The Tragedy of Macbeth

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The Tragedy of Macbeth

A Scottish lord becomes convinced by a trio of witches that he will become the next King of Scotland, and his ambitious wife supports him in his plans of seizing power.

The Tragedy of Macbeth stars Denzel WashingtonCorey Hawkins, and Alex Hassell explain how director Joel Coen and their talented cast inspired them to bring their A-game to the Shakespeare adaptation.


The whole movie was shot on a soundstage. Everything was built. Except an element of the last shot in the movie, there isn't a single exterior shot.

The first solo directorial effort by Joel Coen. All of his previous films have been co-directed by his brother Ethan Coen, though Ethan was uncredited as director until 2004.

Shot in 36 days, which was the shortest shooting Joel Coen has done. Most of the shoot was completed several months after the start of the COVID-19 pandemic.

To give the film a look "untethered from reality," the entire production was shot on sound stages.

According to cinematographer Bruno Delbonnel, nearly all of the costumes and sets were black-and-white except for a couple of dresses worn by Frances McDormand. He also had some shadows painted directly onto the sets to make the lighting seem otherworldly.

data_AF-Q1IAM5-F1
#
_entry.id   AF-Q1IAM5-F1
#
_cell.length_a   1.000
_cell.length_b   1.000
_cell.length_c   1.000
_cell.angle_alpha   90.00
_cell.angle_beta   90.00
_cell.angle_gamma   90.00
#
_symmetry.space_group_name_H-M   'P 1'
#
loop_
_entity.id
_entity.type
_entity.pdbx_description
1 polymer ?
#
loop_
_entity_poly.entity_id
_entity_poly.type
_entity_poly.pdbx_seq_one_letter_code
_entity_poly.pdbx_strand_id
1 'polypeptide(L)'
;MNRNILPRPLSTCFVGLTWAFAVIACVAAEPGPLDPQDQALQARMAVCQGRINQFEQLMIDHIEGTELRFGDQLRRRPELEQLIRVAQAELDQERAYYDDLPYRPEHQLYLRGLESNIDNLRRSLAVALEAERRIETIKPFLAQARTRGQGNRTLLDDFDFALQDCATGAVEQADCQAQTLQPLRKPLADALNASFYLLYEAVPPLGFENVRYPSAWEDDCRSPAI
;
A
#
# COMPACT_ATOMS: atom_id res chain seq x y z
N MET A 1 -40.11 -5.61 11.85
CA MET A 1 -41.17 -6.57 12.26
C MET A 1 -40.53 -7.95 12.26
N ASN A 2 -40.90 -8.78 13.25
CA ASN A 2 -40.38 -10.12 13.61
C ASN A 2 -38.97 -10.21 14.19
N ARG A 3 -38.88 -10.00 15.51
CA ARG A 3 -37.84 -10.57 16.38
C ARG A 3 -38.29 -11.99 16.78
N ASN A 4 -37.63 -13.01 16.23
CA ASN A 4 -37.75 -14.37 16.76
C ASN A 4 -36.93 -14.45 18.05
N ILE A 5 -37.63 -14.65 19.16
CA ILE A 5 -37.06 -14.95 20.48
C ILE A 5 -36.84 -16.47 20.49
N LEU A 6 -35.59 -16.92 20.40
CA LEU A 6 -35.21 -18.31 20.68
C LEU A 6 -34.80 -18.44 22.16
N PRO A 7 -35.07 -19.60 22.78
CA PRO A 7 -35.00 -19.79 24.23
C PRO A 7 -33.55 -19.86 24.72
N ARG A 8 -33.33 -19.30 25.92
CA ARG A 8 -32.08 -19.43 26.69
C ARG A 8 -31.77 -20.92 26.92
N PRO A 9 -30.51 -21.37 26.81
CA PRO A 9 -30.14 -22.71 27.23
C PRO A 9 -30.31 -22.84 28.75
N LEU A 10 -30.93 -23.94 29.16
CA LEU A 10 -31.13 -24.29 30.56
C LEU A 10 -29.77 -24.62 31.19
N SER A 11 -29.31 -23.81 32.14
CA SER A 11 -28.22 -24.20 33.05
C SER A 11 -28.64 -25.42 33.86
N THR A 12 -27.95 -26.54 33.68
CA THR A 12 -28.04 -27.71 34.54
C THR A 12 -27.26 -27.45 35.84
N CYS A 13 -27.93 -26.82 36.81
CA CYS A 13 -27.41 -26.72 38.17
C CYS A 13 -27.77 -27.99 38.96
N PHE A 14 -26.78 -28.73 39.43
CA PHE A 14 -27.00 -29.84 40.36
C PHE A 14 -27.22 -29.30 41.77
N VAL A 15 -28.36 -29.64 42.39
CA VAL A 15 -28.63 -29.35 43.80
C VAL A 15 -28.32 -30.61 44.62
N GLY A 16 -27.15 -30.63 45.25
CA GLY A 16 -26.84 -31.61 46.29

Frances McDormand played Lady Macbeth previously in a 2016 Berkeley Rep production (also starring Conleth Hill as Macbeth and directed by Daniel J. Sullivan). Denzel Washington has never been in a previous production of Macbeth, but he has appeared in numerous other Shakespeare plays, including Coriolanus, The Tragedy of Richard III, Julius Caesar and Much Ado About Nothing (1993).

Although the whole film was shot in grayscale, the color temperature varies throughout the movie, depending on the scene.

When Ross meets the old man in the ruined cottage the first time, the character sings the first verse of a song that ends with the line "For the rain it raineth every day." The lines are not from Macbeth, but an earlier Shakespeare comedy, Twelfth Night. The Clown or Fool in that play, Feste, sings them at the end of the play.

Was filmed completely in black and white.